Tracking human rights violations with no certain access to satellite data

March 26, 2024

By Saad Hammadi

Published in The Ploughshares Monitor Winter 2024

Data from Earth observation (EO) satellites can be critical in identifying and documenting human rights abuses. But some satellite companies are currently restricting access by human rights organizations to geospatial data on Israel while Israel conducts military operations in Gaza. This situation raises questions about transparency, political leverage, and how decisions about who should have access to the data are made.

Satellite data and human rights

Easy access to open source and commercial satellite data in the last decade has revolutionized the ways in which media, aid agencies, and human rights organizations document and expose war crimes and grave human rights violations, particularly in places of conflict.

According to the Union of Concerned Scientists, there are currently more than 1,100 active EO satellites, with about half owned and operated by private entities. State-owned satellite programs such as the European Space Agency’s Copernicus or NASA’s Earth Observation Satellite have an open data policy that serves strategic interests, including exchange of information and climate diplomacy.

Governments and the military, the biggest clients of commercial satellite operators, have tools to block public access to certain images.

Growing private sector participation in EO has drastically expanded paid access to higher resolution imagery and specialized services. These private capabilities have also expanded public benefits; for example, some leading private companies have made data available to support humanitarian efforts.

In September 2017, Amnesty International used satellite evidence to show that the Myanmar military had burned villages in Rakhine State. The destruction forced nearly one million Rohingya men, women, and children out of the country. Over the last two years, human rights groups and media have also used satellite data to document Russia’s military invasion and destruction of Ukraine.

Timestamps and comparative analysis of satellite images have been used by media and human rights organizations to document changes in Gaza’s landscape following the latest Israeli invasion. The images showed the October deployment of hundreds of Israeli military tanks and armoured vehicles in northern Gaza, and how vast swaths of land have been destroyed by land and air strikes since the invasion began. But accessing useful data has not always been straightforward.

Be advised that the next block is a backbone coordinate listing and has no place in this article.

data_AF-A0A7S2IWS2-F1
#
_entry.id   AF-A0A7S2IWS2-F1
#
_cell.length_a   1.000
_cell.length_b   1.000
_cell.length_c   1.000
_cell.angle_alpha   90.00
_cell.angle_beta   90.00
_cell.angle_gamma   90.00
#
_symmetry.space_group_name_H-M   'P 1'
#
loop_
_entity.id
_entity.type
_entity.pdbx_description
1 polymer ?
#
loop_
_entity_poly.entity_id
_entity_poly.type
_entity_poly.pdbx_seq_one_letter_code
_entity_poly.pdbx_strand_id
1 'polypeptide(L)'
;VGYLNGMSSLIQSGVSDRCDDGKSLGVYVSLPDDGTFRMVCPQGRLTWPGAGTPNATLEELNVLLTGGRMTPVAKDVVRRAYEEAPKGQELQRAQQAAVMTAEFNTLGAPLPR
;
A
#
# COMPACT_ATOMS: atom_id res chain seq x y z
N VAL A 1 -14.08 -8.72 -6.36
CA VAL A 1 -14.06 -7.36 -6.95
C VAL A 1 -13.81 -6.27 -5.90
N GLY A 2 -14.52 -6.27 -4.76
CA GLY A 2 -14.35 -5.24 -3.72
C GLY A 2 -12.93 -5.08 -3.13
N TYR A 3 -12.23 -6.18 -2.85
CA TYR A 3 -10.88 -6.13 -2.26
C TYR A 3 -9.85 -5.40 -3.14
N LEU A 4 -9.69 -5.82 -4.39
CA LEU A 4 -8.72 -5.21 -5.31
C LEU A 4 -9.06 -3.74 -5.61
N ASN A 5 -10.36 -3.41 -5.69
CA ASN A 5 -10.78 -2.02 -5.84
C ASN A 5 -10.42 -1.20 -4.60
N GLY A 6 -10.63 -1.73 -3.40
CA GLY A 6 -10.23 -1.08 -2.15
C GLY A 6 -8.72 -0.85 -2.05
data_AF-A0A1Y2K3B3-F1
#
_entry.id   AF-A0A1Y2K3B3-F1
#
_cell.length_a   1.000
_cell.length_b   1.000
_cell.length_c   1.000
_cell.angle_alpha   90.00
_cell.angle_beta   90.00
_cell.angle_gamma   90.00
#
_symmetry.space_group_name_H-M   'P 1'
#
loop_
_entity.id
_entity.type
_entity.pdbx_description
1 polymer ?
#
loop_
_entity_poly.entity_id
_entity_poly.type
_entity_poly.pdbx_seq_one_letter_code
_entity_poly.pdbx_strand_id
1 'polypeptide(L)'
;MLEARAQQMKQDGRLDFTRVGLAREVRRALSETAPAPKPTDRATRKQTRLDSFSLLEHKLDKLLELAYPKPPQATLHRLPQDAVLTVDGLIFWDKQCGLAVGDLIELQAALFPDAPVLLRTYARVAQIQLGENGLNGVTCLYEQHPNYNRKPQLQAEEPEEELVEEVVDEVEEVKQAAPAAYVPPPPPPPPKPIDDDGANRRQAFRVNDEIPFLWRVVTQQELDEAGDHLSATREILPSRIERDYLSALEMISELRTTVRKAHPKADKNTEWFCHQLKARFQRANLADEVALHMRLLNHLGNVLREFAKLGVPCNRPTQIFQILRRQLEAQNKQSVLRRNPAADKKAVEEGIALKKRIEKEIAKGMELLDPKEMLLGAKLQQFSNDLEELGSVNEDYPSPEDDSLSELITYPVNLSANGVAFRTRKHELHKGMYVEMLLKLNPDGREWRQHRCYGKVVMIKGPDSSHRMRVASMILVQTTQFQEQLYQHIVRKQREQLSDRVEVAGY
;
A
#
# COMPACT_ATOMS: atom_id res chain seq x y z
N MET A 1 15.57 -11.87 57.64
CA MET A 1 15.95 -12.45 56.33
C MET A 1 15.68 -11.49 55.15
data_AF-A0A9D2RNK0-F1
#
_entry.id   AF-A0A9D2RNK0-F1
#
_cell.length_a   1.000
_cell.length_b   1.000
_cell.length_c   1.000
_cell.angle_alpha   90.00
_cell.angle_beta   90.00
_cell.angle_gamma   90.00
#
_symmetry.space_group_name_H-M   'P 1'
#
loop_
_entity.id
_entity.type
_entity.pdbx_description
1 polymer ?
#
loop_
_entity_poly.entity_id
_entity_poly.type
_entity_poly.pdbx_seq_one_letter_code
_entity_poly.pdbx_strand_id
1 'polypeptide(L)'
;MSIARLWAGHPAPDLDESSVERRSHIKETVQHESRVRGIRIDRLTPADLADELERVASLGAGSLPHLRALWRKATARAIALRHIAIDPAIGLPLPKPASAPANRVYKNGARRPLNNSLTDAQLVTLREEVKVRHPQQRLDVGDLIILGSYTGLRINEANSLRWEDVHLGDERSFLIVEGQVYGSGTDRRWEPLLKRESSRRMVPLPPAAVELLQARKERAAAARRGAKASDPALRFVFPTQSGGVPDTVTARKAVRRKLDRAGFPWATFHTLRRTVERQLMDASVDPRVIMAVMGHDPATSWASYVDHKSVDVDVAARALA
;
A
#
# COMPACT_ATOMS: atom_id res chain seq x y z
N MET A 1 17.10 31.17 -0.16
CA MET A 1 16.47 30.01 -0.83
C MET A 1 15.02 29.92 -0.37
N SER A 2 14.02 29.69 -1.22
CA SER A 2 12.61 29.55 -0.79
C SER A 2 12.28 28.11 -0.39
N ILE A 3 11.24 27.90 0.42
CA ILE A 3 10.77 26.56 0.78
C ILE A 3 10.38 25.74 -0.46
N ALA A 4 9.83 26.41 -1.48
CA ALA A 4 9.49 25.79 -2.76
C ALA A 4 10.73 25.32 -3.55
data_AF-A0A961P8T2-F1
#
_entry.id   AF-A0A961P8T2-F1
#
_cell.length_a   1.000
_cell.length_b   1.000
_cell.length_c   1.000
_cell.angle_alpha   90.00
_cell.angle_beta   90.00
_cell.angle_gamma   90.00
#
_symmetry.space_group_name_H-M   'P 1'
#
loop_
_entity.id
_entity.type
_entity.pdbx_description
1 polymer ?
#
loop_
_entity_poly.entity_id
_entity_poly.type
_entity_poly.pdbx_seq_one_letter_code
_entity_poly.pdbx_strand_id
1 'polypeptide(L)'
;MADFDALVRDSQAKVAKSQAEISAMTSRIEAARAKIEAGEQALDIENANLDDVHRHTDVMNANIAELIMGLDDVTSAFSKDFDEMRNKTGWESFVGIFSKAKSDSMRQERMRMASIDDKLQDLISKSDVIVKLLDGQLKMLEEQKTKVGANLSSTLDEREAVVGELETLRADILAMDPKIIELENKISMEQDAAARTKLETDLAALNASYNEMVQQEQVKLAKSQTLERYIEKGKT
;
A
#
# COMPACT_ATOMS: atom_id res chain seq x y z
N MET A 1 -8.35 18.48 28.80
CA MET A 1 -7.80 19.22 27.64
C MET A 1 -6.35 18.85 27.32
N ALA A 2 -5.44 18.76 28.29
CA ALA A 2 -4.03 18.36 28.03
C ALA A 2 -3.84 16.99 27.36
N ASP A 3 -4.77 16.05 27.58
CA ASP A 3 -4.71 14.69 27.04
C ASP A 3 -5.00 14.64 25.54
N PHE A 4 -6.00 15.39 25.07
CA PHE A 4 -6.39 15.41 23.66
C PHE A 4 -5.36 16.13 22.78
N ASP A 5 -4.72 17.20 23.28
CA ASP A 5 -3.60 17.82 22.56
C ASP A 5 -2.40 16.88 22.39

Clash of interests

Governments and the military, the biggest clients of commercial satellite operators, have tools to block public access to certain images. For example, parts of Israel and other militarily sensitive locations around the globe are completely blurred on public platforms such as Google Earth. As commercial imaging capabilities proliferate around the globe, maintaining such bans is becoming more difficult. However, other means continue to be available to shroud sensitive images.  

States have a history of buying exclusive rights to images of areas they do not want anyone else to access; some commercial companies even specialize in selling exclusive rights to geospatial data. According to The Guardian, the U.S. Pentagon spent millions of dollars to secure exclusive rights to images of the effects of bombing in Afghanistan in 2001. Although the U.S. government already had the legal right to shutter control – a restriction on the imaging of certain areas – obtaining commercial rights was seen to be the most feasible way to prevent media from accessing the images.

As the EO industry has evolved, some commercial satellite operators have started offering nonexclusive rights to images as a strategy to expand their business and to make the data available to the media, the United Nations (UN), and human rights and humanitarian agencies.